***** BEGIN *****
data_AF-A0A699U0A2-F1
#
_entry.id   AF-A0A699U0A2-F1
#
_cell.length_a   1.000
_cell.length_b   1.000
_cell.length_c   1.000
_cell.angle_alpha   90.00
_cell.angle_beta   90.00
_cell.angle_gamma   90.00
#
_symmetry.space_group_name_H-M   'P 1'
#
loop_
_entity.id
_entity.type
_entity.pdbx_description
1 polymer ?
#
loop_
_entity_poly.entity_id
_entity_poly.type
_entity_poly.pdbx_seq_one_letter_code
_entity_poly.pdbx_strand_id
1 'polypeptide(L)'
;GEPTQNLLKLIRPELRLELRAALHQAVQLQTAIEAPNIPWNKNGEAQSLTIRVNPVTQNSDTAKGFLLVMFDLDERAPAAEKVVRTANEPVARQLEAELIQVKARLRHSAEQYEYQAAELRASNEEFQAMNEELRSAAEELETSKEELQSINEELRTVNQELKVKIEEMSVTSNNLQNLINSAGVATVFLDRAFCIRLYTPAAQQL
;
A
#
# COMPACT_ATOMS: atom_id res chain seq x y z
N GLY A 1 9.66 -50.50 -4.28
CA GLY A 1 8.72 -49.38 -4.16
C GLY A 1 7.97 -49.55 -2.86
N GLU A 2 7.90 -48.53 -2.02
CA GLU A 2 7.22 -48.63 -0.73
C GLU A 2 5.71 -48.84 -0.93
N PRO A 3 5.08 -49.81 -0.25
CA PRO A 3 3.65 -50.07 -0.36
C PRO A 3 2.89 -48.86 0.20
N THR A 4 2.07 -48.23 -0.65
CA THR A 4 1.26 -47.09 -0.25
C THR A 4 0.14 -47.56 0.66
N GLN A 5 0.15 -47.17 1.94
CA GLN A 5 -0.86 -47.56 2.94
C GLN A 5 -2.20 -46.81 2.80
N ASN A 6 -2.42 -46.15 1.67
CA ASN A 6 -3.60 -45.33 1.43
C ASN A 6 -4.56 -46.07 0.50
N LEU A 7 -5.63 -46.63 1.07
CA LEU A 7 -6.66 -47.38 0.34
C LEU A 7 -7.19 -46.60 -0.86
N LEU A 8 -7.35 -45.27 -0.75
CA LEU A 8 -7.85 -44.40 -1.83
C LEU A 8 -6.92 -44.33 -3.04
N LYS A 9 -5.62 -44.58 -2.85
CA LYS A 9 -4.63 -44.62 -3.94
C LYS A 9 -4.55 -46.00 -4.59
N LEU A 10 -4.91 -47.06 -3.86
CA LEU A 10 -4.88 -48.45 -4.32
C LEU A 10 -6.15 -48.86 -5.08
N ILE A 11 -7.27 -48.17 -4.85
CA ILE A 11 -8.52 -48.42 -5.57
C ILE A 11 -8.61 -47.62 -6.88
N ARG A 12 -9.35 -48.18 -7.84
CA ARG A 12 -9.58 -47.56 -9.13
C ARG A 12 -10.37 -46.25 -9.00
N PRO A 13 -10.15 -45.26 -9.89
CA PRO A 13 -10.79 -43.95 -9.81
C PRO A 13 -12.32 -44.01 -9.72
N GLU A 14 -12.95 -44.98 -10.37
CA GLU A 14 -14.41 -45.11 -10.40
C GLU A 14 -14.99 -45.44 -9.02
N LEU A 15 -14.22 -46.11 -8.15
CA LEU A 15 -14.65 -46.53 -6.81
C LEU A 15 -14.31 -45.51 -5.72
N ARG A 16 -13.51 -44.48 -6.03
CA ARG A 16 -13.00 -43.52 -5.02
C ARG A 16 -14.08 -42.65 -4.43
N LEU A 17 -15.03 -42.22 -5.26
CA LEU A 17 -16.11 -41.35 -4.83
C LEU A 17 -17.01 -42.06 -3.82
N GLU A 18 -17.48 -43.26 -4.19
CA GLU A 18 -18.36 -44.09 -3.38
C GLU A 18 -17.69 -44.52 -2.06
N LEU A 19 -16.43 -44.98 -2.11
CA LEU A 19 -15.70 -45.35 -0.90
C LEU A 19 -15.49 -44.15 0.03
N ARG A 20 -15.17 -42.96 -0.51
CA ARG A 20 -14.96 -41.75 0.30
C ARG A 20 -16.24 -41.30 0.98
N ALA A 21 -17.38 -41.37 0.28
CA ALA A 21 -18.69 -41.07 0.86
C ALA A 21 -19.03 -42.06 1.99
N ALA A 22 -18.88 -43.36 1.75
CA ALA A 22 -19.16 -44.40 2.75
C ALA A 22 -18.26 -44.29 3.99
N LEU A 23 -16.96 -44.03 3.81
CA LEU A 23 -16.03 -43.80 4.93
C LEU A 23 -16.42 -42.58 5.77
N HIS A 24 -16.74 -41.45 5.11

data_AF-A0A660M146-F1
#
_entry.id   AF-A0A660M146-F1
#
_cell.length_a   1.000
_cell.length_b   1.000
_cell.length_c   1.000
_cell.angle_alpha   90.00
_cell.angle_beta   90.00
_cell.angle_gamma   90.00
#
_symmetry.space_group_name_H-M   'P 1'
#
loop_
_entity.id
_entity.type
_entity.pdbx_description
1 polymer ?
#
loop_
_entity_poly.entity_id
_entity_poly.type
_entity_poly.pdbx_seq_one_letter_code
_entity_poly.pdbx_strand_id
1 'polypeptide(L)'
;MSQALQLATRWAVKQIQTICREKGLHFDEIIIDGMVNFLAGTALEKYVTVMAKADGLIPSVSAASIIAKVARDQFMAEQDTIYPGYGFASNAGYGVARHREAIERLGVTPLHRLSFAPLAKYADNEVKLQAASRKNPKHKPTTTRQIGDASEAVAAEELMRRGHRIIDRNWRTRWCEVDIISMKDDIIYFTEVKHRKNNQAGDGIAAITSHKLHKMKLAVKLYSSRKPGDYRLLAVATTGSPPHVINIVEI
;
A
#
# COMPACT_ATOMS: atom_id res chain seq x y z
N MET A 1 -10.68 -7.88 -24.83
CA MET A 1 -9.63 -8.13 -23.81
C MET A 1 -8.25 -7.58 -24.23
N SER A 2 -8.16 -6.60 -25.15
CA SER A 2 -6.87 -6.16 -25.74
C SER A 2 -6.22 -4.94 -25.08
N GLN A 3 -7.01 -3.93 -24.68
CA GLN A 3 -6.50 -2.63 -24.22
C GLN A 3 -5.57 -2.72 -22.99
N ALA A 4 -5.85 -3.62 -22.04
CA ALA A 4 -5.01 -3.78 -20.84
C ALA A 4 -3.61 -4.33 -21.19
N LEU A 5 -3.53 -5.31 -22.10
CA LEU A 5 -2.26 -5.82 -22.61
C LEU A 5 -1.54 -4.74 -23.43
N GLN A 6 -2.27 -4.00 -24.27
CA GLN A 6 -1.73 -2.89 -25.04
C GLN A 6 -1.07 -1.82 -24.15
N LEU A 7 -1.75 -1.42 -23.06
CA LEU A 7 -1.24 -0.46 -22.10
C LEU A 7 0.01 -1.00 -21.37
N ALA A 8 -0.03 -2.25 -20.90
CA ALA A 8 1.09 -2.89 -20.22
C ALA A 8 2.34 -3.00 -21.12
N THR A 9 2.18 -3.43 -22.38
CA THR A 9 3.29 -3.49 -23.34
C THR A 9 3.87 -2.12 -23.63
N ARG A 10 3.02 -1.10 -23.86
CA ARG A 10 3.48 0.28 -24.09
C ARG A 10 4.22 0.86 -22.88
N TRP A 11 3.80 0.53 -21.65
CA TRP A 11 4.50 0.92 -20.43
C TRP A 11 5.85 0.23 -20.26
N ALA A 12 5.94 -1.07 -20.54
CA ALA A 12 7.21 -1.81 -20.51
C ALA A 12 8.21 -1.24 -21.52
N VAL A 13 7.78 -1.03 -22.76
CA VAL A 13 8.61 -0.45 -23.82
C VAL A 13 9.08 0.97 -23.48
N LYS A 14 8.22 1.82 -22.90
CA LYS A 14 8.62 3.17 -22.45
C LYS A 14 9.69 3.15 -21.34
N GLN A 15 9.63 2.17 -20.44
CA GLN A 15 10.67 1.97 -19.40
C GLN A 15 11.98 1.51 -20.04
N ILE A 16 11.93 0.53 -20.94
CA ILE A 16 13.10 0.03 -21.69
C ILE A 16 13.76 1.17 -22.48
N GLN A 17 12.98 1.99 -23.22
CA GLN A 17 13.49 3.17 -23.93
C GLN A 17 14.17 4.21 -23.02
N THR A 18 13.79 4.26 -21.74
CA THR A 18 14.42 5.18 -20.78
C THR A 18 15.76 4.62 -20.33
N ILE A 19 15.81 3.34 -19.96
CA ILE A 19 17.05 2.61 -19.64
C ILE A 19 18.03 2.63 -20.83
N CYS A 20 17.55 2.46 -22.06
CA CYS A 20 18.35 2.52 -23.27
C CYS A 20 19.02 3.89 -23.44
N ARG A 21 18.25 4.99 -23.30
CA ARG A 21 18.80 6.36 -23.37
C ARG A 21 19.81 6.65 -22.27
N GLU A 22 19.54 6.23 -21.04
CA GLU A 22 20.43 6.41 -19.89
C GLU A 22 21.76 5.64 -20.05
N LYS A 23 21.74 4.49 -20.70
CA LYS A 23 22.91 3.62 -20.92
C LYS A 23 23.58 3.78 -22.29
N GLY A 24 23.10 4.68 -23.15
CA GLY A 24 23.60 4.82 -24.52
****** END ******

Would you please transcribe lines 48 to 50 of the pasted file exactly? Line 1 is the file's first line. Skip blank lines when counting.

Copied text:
C ASN A 6 -4.56 -46.07 0.50
N LEU A 7 -5.63 -46.63 1.07
CA LEU A 7 -6.66 -47.38 0.34